Contact: Teresa Runyon
Ushers welcome us as we arrive to worship, helping us find our way around the worship space and into comfortable seats, facilitating our processions (especially at Communion), and handing out worship aids and bulletins. They also help all of us be responsible stewards by taking up the collection at the liturgy. Contact: Paul Collier
Thank You from Angel Tags!
Thank you to everyone who bought gifts or sent in donations for our Angel Christmas Gift program. Together $16,000 was donated in gift cards and donations plus all the gifts which allowed our parish to bring gifts to the RAIN shelter, the seniors at OASIS, the Ventura County Youth Facility, Immaculate Conception Parish in New Cuyama, St. Francis Parish in Fillmore, and San Salvador Mission in Piru. A special thank you to our Confirmation kids who collected Target gift cards for the Confirmation group in New Cuyama. They were so touched by your generosity.
Every year, our parish helps over 1,100 children and adults have a special Christmas morning. This year we are collecting gifts for RAIN, OASIS, Ventura County Youth Correctional Facility, St. Francis Parish in Fillmore, San Salvador Mission in Piru, and Immaculate Conception Parish in New Cuyama.
You can save a life! Watch for upcoming drives.
To schedule an appointment call (805) 543·4290
For more information please contact Catherine at (805) 482·6417 x331 or email@example.com
The Advent season gives us some wonderful scripture readings and this weekend’s seem particularly suited to the time in which we live.
Comfort, give comfort to my people,
says your God.
Speak tenderly to Jerusalem, and proclaim to her
that her service is at an end,
her guilt is expiated;
indeed, she has received from the hand of the LORD
double for all her sins.
Isaiah’s prophecy in the first reading may ring true or false depending on what our experience of 2020 has been, but when we hear it as part of the promise that the Lord would redeem Israel and in light of the reality of Jesus Christ’s presence and action in the world, the truth of it rings clear.
Do you ever succumb to the temptation (as I do) to put off necessary work and growth because of a complacent reliance on God’s mercy and patience? Today’s second reading can help us properly realign. The first part is an encouragement to trust God and to be patient as he is patient: “Do not ignore this one fact, beloved, that with the Lord one day is like a thousand years and a thousand years like one day. The Lord does not delay his promise, as some regard ‘delay,’ but he is patient with you, not wishing that any should perish but that all should come to repentance.”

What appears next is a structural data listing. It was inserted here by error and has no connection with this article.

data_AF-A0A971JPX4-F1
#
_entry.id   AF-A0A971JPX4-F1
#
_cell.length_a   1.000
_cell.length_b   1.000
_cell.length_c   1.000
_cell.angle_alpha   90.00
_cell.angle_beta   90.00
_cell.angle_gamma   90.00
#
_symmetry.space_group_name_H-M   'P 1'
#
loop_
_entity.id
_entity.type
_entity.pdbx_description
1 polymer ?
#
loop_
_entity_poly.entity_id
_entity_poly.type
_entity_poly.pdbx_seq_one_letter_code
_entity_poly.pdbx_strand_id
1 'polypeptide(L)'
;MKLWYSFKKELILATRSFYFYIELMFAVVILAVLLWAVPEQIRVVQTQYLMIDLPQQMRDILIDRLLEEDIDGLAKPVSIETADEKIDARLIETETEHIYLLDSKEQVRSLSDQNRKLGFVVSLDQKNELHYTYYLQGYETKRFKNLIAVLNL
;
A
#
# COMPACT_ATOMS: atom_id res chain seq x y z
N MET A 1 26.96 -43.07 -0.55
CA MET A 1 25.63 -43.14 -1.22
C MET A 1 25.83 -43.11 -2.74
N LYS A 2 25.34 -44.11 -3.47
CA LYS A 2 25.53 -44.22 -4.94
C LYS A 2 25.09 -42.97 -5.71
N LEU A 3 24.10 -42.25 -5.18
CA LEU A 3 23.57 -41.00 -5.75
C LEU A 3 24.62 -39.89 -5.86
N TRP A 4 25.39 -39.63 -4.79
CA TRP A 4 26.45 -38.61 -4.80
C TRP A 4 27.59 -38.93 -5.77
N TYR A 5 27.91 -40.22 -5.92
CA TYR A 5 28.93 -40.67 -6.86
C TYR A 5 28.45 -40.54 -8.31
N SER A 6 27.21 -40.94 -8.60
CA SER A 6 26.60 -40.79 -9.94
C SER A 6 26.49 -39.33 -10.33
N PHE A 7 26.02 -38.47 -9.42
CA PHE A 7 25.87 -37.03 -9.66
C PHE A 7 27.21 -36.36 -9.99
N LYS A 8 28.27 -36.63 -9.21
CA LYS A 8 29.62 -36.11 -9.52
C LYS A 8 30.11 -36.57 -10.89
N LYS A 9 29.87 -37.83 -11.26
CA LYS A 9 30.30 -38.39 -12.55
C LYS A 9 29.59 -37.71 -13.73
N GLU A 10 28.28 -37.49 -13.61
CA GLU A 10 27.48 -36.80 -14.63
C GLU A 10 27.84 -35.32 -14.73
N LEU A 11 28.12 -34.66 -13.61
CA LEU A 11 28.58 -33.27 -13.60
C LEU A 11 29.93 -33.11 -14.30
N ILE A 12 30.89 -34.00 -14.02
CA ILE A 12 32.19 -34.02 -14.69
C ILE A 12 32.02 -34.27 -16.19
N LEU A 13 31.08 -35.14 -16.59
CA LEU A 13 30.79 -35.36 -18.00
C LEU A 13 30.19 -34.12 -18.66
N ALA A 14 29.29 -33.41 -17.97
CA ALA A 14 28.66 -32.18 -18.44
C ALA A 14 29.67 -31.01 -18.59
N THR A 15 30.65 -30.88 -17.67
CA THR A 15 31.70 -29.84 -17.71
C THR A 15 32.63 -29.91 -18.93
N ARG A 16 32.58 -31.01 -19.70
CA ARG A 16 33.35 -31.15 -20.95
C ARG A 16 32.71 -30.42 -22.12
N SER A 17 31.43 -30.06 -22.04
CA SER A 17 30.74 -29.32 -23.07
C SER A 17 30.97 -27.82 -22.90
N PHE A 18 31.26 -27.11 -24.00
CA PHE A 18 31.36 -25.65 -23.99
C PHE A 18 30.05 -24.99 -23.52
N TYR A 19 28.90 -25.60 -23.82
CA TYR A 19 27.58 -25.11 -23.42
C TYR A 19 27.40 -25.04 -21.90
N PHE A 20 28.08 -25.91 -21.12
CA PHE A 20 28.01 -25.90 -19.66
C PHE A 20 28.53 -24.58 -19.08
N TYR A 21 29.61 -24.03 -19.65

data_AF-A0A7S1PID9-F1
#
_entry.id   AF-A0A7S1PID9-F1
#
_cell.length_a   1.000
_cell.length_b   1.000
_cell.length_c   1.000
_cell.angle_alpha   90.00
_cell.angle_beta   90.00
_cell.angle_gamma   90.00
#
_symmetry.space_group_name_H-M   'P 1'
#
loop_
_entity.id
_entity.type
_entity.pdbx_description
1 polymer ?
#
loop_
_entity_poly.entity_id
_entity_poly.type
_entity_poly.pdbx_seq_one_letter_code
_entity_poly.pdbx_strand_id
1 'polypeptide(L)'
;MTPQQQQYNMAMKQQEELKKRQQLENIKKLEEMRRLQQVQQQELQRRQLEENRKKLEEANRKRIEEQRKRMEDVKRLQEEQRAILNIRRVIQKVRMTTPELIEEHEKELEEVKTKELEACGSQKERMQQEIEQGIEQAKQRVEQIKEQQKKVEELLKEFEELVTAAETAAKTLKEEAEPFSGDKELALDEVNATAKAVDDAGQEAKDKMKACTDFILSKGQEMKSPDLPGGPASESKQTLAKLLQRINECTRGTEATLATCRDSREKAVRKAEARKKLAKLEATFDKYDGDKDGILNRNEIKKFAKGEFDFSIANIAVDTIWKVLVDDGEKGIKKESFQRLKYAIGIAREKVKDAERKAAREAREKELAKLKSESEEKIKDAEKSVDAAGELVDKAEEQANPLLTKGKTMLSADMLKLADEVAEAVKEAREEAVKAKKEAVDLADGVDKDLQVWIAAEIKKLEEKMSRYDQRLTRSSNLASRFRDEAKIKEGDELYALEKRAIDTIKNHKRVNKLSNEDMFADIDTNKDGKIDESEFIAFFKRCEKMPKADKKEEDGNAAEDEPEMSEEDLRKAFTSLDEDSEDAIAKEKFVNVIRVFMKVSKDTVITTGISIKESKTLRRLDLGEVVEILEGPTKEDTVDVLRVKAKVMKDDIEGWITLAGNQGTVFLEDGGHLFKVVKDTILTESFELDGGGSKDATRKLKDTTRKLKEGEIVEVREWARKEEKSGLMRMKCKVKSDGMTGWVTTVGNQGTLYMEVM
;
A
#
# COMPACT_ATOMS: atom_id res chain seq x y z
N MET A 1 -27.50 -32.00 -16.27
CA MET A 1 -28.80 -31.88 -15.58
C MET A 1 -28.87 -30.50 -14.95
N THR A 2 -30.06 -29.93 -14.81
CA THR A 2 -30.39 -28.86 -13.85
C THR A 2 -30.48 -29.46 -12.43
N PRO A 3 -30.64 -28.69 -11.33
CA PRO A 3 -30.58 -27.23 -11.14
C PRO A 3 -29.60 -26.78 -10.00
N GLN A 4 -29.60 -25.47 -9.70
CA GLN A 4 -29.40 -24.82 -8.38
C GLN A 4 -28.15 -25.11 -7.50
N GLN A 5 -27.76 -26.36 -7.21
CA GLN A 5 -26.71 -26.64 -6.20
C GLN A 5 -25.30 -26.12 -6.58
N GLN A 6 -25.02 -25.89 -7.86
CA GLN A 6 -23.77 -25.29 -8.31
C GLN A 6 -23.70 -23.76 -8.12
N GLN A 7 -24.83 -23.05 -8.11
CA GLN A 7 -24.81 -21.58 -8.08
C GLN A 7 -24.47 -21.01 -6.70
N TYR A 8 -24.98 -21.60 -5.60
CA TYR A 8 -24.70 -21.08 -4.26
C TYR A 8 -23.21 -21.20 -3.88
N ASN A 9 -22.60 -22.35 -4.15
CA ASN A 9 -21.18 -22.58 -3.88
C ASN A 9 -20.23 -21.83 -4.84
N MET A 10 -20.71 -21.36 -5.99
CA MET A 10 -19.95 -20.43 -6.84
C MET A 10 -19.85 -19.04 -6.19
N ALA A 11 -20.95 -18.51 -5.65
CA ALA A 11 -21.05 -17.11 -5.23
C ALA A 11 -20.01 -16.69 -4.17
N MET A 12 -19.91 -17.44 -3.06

The next sentence deals decisively with the complacency I mentioned: “But the day of the Lord will come like a thief, and then the heavens will pass away with a mighty roar and the elements will be dissolved by fire, and the earth and everything done on it will be found out.” So, my friends, what we do and what we say matter: “Since everything is to be dissolved in this way, what sort of persons ought you to be?” “…eager to be found without spot or blemish before him, at peace.”
The mighty Advent figure John the Baptist we encounter in the gospel (this, year, Mark’s) proclaims a baptism of repentance for the forgiveness of sins. “One mightier than I is coming after me. I am not worthy to stoop and loosen the thongs of his sandals. I have baptized you with water; he will baptize you with the Holy Spirit.”
John has a healthy understanding of his own place in the scheme of things and so should we. He is content to be a creature, not the Creator; a messenger, not the Message; a humble servant, not the Master.
Jesus sent the apostles out to preach the Gospel and to baptize (a mission given also to us by our baptism). We are sent as they were to “give comfort to my people”. May we embrace that call so that we can sincerely make the Advent cry “Maranatha”, “waiting for and hastening the coming of the day of God.”
Music and Liturgy Minister
1940 - 2020
Monday, December 14, 2020
Padre Serra Parish
Not at this time
♪ Let every heart prepare him room ♪
We decorate our homes for Christmas. Even more important is readying our hearts, both for the Lord’s return at the end of time, and to celebrate His birthday.
Examine your life. Confess your sins. Trust the Lord’s mercy. Celebrate with joy.
Also visit: Advent
Dr. Paul Ford offers a weekly reflection and study of the upcoming Sunday scriptures so we can better understand the good news message of Jesus Christ and how He is present in our lives.
Until we can meet in person again, he will email a pre-recorded lesson each week.
or visit this page for each week's recording: